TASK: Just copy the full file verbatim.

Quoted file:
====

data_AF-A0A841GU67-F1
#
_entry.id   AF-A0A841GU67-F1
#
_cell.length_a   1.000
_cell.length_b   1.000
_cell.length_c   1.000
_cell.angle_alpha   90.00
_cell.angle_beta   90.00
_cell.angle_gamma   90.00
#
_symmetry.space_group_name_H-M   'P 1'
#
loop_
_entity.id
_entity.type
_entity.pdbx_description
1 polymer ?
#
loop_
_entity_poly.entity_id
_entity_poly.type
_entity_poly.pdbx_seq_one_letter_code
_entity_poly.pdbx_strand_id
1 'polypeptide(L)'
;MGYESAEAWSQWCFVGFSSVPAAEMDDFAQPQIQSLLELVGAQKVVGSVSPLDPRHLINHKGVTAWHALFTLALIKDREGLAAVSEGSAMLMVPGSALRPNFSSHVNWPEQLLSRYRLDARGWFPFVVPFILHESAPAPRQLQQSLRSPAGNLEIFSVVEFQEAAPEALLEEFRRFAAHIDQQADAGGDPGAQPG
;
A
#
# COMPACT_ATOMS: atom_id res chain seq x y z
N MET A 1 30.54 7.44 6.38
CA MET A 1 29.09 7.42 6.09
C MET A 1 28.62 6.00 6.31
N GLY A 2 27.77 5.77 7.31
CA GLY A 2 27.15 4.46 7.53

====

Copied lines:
data_AF-A0A841GU67-F1
#
_entry.id   AF-A0A841GU67-F1
#
_cell.length_a   1.000
_cell.length_b   1.000
_cell.length_c   1.000
_cell.angle_alpha   90.00
_cell.angle_beta   90.00
_cell.angle_gamma   90.00
#
_symmetry.space_group_name_H-M   'P 1'
#
loop_
_entity.id
_entity.type
_entity.pdbx_description
1 polymer ?
#
loop_
_entity_poly.entity_id
_entity_poly.type
_entity_poly.pdbx_seq_one_letter_code
_entity_poly.pdbx_strand_id
1 'polypeptide(L)'
;MGYESAEAWSQWCFVGFSSVPAAEMDDFAQPQIQSLLELVGAQKVVGSVSPLDPRHLINHKGVTAWHALFTLALIKDREGLAAVSEGSAMLMVPGSALRPNFSSHVNWPEQLLSRYRLDARGWFPFVVPFILHESAPAPRQLQQSLRSPAGNLEIFSVVEFQEAAPEALLEEFRRFAAHIDQQADAGGDPGAQPG
;
A
#
# COMPACT_ATOMS: atom_id res chain seq x y z
N MET A 1 30.54 7.44 6.38
CA MET A 1 29.09 7.42 6.09
C MET A 1 28.62 6.00 6.31
N GLY A 2 27.77 5.77 7.31
CA GLY A 2 27.15 4.46 7.53